Hyde Park Corner
Tel: (071) 499 5676 for further details.
The Duke of
Wellington's Regimental Museum
collection illustrates the history of the regiment from the raising of the 33rd
Foot in 1702 and the 76th Foot in 1787 to the present day. The display
emphasises uniforms and equipment, often in period settings. It includes
material relating to local volunteer, militia and territorial forces, together
with a display of relics associated with the Iron Duke himself. The reserve
collection and archive may be studied by appointment.
& Bank Holiday Mondays 10.00-5.00, Sun 2.00-5.00. Closed Dec 24,26 and Jan
Spencer BA Tel: (0422) 354823/352334.
shop stocks a small selection of regimental material including cap badge, ties
and plaques. Publications include a short history of the regiment (48pp) and a
full regimental history 1702-1992.
access to Regimental gallery and toilets with assistance. Free car park.
from Halifax town centre on A647 Halifax-Queensbury-Bradford Road.
Royal Hospital was founded by Charles II as a home for the veterans of the
Regular army who had become unfit for duty either after 20 years service or as a
result of wounds. The Royal Hospital continues in this role today, caring for
over 400 in-pensioners. The museum contains medals and uniforms of Pensioners
who have lived in the Royal Hospital over the last 300 years, and also includes
"Wellington Hall", devoted to Wellington and his battles.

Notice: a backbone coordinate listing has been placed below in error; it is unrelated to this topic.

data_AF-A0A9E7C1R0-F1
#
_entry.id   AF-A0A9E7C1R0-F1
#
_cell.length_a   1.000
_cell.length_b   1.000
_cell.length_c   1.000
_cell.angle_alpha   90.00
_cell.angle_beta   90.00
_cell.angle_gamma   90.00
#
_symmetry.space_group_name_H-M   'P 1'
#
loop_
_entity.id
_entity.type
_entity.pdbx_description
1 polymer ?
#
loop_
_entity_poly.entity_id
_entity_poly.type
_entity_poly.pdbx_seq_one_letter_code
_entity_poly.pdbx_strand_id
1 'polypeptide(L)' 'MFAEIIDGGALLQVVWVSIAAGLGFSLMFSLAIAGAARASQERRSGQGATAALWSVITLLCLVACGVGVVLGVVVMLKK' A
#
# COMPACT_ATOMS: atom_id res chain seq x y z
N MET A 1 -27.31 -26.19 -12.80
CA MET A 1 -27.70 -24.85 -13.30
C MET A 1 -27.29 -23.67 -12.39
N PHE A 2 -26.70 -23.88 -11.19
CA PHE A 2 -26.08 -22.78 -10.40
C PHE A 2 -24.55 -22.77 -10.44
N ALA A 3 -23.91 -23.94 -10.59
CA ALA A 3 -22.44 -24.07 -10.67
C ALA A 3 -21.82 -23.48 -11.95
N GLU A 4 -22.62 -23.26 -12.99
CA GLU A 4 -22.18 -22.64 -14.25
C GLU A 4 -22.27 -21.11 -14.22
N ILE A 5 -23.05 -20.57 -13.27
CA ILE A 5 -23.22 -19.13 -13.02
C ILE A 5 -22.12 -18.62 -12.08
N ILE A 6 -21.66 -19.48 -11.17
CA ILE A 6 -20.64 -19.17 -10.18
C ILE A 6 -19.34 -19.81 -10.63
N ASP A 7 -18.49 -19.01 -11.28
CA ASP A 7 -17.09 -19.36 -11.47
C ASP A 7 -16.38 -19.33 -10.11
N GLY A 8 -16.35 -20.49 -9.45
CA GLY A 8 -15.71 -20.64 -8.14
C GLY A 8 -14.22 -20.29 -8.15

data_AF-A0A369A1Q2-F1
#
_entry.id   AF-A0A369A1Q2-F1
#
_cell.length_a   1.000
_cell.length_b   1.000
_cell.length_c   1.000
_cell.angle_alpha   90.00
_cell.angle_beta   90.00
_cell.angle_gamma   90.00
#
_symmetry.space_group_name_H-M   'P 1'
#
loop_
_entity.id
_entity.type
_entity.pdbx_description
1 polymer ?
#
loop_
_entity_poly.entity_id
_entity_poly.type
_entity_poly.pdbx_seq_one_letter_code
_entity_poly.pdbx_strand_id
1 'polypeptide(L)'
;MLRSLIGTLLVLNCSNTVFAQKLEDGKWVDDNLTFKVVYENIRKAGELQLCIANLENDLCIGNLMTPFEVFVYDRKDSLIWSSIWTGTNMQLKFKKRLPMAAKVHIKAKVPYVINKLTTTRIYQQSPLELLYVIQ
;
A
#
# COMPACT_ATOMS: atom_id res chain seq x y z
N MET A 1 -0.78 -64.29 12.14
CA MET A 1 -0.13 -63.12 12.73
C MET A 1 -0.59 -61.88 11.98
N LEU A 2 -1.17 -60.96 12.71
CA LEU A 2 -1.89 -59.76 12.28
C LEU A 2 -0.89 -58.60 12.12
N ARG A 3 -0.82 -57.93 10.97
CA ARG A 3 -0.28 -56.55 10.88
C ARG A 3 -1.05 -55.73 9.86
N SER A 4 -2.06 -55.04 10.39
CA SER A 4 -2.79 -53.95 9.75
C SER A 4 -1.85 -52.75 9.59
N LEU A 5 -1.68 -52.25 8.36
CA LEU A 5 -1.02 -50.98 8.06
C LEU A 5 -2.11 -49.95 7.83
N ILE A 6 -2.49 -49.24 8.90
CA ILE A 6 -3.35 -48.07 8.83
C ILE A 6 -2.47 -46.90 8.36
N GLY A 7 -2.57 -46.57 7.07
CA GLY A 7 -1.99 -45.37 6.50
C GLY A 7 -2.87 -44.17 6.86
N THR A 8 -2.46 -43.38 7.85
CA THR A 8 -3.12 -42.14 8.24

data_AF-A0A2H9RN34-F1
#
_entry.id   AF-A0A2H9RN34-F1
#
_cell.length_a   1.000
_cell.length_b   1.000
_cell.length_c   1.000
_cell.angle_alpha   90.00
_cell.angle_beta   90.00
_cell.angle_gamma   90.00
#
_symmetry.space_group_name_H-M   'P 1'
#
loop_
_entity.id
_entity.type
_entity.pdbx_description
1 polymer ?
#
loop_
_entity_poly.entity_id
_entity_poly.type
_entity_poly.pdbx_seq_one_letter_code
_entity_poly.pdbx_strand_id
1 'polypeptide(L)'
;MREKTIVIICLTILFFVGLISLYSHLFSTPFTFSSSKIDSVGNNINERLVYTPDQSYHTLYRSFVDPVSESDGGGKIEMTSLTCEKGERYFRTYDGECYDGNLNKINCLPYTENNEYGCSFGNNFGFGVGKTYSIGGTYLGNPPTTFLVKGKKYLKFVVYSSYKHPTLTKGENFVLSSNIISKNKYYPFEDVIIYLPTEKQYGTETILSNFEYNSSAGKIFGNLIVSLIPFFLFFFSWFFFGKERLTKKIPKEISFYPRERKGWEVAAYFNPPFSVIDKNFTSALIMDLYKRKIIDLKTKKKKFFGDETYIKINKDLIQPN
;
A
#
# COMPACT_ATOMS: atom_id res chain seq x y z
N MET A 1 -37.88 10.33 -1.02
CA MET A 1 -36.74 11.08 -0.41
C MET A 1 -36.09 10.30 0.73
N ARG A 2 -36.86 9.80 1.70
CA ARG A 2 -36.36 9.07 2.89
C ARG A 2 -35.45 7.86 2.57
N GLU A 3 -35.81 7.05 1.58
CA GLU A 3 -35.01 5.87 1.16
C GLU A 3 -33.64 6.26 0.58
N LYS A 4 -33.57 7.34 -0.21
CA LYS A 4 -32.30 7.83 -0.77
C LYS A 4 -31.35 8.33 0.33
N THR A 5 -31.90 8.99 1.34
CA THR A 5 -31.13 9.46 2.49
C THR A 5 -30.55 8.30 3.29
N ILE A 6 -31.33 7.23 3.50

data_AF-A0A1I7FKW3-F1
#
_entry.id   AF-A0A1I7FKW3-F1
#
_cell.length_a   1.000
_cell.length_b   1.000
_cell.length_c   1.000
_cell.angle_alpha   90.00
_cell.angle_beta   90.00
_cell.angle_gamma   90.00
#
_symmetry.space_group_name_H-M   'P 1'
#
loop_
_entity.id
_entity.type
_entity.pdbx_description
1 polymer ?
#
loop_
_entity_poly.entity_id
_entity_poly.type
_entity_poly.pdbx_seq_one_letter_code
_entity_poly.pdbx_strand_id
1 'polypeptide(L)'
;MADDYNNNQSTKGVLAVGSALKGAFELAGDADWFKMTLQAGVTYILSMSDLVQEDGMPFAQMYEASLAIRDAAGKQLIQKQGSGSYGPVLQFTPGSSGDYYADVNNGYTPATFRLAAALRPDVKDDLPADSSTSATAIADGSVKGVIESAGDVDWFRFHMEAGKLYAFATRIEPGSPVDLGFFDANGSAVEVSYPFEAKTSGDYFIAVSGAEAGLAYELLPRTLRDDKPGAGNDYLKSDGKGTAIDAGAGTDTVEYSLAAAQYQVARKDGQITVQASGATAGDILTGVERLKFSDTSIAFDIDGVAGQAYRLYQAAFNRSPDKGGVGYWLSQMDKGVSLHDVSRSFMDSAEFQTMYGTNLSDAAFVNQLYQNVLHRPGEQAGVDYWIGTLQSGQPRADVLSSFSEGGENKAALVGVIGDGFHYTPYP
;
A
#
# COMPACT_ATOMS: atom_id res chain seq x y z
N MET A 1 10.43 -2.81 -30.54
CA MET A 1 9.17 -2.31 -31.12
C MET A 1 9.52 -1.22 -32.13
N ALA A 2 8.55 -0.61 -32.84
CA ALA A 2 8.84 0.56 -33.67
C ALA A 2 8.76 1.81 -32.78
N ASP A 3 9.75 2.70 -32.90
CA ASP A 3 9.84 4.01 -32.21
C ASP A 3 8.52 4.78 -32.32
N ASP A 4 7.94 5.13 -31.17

10.00-12.00, 2.00-4.00; Sun 2.00-4.00 April-Sept only. Closed on Public
R A G Courage CVO, MBE Tel: (071) 7300161 Ext 203.
to Sloane Square, 39, 11, 137.
museum contains many personal possessions of the First Duke of Wellington and
also an outline of his military and political career. A major feature is the 18
ton funeral hearse cast from melted down French cannon captured at Waterloo.
Within easy travelling distance of museums in Aldershot, Winchester and
£4.00, children (5-15 years) £2.00. Admission includes entrance to the house
Sun in Sept, Sat-Thur 11.30-4.00.
Aubrey-Fletcher, ARICS Tel: (0256) 882882.
from Reading (M4 Junction 11) and Basingstoke (M3 Junction 6) on A33. Follow
easy travelling distance of museums in Aldershot, Winchester and Salisbury.
Castle was built 1539-40 to protect the Downs anchorage within the Goodwin
Sands, where the British Fleet lay to defend the Channel. Since the early 1700s
it has been the official residence of the Lords Warden of the Cinque Ports.
Wellington held this post and lived there from 1829 until his death in 1852; the
room where he lived and died has been preserved and contains the camp bed he
used on his campaigns. The next room contains many mementos of the Duke, as does
almost every room in the castle.
£3.00, OAPs £2.25, Children £1.50 (from 1/4/94).
1-Apr 1 or Good Friday (whichever is earliest) Tues-Sun 10.00-4.00; then to Sept
10 10.00-6.00 daily. Closed Dec 24-26, Jan, Feb and Mon Oct 1-Mar 31 and when
the Lord Warden is in residence.
Mr A F
Parnell Tel: (0304) 3642288.
from Deal, or 20 minutes walk along the sea front from Deal towards Dover.
Also of interest:
Castle is also interesting, although not furnished in the manner of Walmer. It
was built in 1540 and reflects the established supremacy of gunpowder, being
made up almost entirely of gun emplacements.
itself has been associated with the Royal Marines since 1861 and there are
usually activities taking place in which the Marines play a part concerts,
parades etc. The Royal Marines School of Music is here.
ROMAN INVASION OF BRITAIN Between Walmer and Deal castles, in Kent, there is a pleasant walk along a stretch of empty pebble beach. Here Caesar's ships grated ashore and the standard bearer of the X Legion leapt into the water to wade ashore and start the invasion.